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Bekenstein bound limits the amount of information that can be stored in a system of bounded size and mass. Does that imply that the number of possible states is finite? Does that imply that the number of possible values of measured observables is finite? If so, does that imply mass gap (because there must be a finite gap between any two energy values when the number of possible values is finite)? Does that set a limit on decoherence of a bounded system?

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  • $\begingroup$ Your link says it depends on energy (not mass) so doesn't it just mean that if you have more information that either it requires more energy or more space? So if space is a premium you can add more energy. $\endgroup$ – Timaeus Oct 22 '15 at 17:10
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This is not my field (so I may be wrong), but since no-one else has tried to answer I will have a go...

Bekenstein bound limits the amount of information that can be stored in a system of bounded size and mass. Does that imply that the number of possible states is finite?

Since we are talking about a finite-volume system, its energy spectrum must necessarily be discrete, and therefore the number of states below a certain energy will always be finite. None of this is a consequence of the Bekenstein bound. However, the Berkenstein bound does put a specific limit on the number of quantum states below a fixed energy.

Does that imply that the number of possible values of measured observables is finite?

The spectrum will have a finite number of states below any finite energy, but will still have an infinite number of states over the whole energy spectrum. You could argue that the energy should be cut off at the energy required to turn the system in to a black hole (as it will then no longer be observable), which could then give you a finite number of possible values for measured observables below this energy... I'm not sure how 'proper' this argument is... :-P

If so, does that imply mass gap (because there must be a finite gap between any two energy values when the number of possible values is finite)?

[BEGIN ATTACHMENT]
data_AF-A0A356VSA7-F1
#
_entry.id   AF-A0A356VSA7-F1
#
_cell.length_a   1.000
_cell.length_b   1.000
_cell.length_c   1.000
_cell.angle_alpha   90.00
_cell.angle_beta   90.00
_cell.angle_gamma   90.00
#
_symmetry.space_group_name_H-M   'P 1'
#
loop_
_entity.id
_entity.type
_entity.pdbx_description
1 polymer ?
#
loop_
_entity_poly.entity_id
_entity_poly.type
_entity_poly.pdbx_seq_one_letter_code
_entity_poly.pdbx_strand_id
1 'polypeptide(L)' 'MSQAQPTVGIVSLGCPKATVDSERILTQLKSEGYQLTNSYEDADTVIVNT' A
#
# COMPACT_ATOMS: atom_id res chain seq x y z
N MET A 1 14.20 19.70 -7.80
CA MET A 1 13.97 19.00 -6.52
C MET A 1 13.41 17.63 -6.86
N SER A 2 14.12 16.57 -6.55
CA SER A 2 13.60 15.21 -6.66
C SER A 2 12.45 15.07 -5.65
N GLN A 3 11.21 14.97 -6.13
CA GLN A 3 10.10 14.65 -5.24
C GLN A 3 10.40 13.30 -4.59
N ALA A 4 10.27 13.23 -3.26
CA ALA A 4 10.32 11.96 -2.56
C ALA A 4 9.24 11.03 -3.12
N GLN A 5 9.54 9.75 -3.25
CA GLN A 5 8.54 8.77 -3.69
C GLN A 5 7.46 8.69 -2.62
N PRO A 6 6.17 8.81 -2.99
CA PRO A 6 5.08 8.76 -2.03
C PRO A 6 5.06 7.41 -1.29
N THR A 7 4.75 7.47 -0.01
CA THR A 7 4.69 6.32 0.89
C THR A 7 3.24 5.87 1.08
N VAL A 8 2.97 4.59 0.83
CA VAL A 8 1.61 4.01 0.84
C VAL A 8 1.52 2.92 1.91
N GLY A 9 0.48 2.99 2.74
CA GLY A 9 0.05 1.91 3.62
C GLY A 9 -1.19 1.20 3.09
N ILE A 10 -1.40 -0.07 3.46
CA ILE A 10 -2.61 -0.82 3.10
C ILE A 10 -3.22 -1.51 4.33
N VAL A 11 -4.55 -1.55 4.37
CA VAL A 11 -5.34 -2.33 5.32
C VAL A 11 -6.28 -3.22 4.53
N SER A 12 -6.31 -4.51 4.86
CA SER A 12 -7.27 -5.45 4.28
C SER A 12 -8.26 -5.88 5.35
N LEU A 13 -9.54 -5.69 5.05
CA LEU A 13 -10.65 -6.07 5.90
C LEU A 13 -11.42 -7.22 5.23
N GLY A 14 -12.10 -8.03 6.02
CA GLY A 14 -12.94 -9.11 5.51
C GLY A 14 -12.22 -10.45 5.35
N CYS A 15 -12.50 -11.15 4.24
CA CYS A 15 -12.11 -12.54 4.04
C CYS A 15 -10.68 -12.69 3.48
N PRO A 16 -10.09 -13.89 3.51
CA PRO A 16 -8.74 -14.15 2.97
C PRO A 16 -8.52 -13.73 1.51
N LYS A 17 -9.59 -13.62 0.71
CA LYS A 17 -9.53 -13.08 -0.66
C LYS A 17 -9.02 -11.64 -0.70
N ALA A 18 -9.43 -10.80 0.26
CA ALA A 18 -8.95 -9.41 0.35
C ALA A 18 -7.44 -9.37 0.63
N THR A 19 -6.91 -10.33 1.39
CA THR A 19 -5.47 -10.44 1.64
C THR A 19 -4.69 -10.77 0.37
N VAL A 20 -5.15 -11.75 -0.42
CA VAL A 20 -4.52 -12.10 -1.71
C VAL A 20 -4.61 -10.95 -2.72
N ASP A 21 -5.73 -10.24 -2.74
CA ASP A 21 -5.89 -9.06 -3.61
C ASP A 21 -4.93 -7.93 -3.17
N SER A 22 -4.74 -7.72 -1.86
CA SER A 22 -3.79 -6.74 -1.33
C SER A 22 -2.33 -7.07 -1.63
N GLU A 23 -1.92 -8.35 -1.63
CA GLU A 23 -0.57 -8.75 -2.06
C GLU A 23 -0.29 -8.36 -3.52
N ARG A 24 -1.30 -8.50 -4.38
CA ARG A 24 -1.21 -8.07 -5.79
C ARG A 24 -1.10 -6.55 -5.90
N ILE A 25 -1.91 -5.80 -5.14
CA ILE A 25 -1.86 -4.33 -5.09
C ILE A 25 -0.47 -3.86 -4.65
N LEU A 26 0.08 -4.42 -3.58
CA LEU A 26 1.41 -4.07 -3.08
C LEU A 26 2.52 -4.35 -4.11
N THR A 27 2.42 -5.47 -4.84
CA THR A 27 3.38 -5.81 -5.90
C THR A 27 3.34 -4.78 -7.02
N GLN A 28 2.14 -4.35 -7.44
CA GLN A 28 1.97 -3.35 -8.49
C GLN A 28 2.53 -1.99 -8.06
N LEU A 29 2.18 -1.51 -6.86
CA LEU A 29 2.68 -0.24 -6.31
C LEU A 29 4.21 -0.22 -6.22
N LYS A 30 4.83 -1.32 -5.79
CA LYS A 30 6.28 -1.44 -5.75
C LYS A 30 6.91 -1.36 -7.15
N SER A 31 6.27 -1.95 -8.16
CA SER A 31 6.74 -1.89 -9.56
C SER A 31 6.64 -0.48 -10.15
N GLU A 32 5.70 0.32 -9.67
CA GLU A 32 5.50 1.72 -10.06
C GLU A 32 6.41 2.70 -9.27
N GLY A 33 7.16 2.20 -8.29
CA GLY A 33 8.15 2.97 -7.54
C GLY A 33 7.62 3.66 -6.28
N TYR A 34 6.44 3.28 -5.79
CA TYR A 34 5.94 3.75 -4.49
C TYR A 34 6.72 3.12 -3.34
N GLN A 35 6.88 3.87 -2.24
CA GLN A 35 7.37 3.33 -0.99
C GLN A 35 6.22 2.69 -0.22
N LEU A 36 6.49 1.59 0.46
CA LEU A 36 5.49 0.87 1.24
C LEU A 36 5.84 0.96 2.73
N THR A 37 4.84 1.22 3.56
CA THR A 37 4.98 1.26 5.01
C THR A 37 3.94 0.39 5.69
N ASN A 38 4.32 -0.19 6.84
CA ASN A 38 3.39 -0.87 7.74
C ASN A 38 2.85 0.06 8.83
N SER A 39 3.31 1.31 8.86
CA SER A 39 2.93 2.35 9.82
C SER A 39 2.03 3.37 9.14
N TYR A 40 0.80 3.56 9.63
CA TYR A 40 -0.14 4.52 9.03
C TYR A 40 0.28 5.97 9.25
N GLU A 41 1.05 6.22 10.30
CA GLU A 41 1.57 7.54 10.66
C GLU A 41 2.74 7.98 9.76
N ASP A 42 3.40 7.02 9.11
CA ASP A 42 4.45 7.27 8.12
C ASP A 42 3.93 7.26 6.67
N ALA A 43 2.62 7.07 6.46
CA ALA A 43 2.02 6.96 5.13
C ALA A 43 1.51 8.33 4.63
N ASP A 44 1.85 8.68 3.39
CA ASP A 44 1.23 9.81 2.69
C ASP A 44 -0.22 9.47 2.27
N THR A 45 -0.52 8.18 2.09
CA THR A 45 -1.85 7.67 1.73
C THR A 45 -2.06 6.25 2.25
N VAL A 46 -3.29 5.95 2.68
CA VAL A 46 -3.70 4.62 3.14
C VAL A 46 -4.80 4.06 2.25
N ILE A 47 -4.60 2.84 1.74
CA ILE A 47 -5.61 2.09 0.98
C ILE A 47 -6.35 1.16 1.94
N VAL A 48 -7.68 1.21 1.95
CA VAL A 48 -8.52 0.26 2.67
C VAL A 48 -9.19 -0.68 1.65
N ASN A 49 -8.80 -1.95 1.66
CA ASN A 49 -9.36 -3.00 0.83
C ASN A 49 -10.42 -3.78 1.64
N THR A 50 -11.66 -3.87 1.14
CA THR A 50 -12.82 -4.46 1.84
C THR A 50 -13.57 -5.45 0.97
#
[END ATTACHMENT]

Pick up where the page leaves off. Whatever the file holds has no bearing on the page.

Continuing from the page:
No... The discrete energy spectrum is a consequence of the finite size of the system. Photons in a box are still massless even though their energy spectrum is discrete.

Does that set a limit on decoherence of a bounded system?

I don't see why it should... what is your reasoning?

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  • $\begingroup$ About decoherence limit: I wonder if decoherence increases the number of possibile measurements, which cannot continue infinitely if the number of possible states is finite... $\endgroup$ – Michael Nov 3 '15 at 17:18
  • $\begingroup$ @Michael I don't think so... decoherence means that the system becomes entangled with the environment, so that different eigenstates of the system are coupled to orthogonal states of the environment. This removes the interference effects that are usually seen when a quantum system is measured (or more accurately, when the same measurement is repeatedly performed on an ensemble of identically prepared systems), but it doesn't change the possible outcomes of measurement or the number of measurements that can be performed. $\endgroup$ – Mark A Nov 4 '15 at 2:33
  • $\begingroup$ I probably don't understand what decoherence is. I though that if entangle states could be measured as 00> or 11> after decoherence they could be measured 00> or 01> or 10> or 11>. That is, I thought that decoherence was a loss of entanglement. Am I wrong here? $\endgroup$ – Michael Nov 5 '15 at 16:52
  • $\begingroup$ @Michael Yes, you are wrong :-P... Decoherence is not the same as loss of entanglement. Rather, it is loss of coherence in the quantum state through entanglement with the environment. The 'quantum decoherence' wikipedia page explains it quite well... $\endgroup$ – Mark A Nov 6 '15 at 2:35

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